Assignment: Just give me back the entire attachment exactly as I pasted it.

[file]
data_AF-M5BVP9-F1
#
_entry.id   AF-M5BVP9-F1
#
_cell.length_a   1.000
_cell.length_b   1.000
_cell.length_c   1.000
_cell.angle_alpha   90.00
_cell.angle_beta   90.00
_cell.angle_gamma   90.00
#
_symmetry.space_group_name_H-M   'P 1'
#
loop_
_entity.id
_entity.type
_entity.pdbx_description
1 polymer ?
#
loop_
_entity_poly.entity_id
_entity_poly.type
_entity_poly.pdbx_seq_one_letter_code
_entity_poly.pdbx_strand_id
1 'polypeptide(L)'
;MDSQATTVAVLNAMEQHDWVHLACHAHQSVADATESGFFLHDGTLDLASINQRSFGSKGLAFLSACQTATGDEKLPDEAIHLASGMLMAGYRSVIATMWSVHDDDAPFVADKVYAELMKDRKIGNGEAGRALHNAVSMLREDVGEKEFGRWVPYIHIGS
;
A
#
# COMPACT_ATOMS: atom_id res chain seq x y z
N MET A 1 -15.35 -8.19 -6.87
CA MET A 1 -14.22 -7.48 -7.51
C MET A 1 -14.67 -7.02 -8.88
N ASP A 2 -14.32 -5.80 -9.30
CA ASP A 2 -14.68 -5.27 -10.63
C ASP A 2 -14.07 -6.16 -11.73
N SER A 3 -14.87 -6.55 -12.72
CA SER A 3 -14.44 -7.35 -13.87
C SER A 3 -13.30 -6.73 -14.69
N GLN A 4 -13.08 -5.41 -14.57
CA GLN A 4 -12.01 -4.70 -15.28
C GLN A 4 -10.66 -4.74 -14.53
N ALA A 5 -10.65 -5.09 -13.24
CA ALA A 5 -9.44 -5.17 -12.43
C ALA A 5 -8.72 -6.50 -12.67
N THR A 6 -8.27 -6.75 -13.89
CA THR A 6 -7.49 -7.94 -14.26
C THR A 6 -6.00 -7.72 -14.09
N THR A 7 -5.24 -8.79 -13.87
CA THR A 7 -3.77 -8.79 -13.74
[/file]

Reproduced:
data_AF-M5BVP9-F1
#
_entry.id   AF-M5BVP9-F1
#
_cell.length_a   1.000
_cell.length_b   1.000
_cell.length_c   1.000
_cell.angle_alpha   90.00
_cell.angle_beta   90.00
_cell.angle_gamma   90.00
#
_symmetry.space_group_name_H-M   'P 1'
#
loop_
_entity.id
_entity.type
_entity.pdbx_description
1 polymer ?
#
loop_
_entity_poly.entity_id
_entity_poly.type
_entity_poly.pdbx_seq_one_letter_code
_entity_poly.pdbx_strand_id
1 'polypeptide(L)'
;MDSQATTVAVLNAMEQHDWVHLACHAHQSVADATESGFFLHDGTLDLASINQRSFGSKGLAFLSACQTATGDEKLPDEAIHLASGMLMAGYRSVIATMWSVHDDDAPFVADKVYAELMKDRKIGNGEAGRALHNAVSMLREDVGEKEFGRWVPYIHIGS
;
A
#
# COMPACT_ATOMS: atom_id res chain seq x y z
N MET A 1 -15.35 -8.19 -6.87
CA MET A 1 -14.22 -7.48 -7.51
C MET A 1 -14.67 -7.02 -8.88
N ASP A 2 -14.32 -5.80 -9.30
CA ASP A 2 -14.68 -5.27 -10.63
C ASP A 2 -14.07 -6.16 -11.73
N SER A 3 -14.87 -6.55 -12.72
CA SER A 3 -14.44 -7.35 -13.87
C SER A 3 -13.30 -6.73 -14.69
N GLN A 4 -13.08 -5.41 -14.57
CA GLN A 4 -12.01 -4.70 -15.28
C GLN A 4 -10.66 -4.74 -14.53
N ALA A 5 -10.65 -5.09 -13.24
CA ALA A 5 -9.44 -5.17 -12.43
C ALA A 5 -8.72 -6.50 -12.67
N THR A 6 -8.27 -6.75 -13.89
CA THR A 6 -7.49 -7.94 -14.26
C THR A 6 -6.00 -7.72 -14.09
N THR A 7 -5.24 -8.79 -13.87
CA THR A 7 -3.77 -8.79 -13.74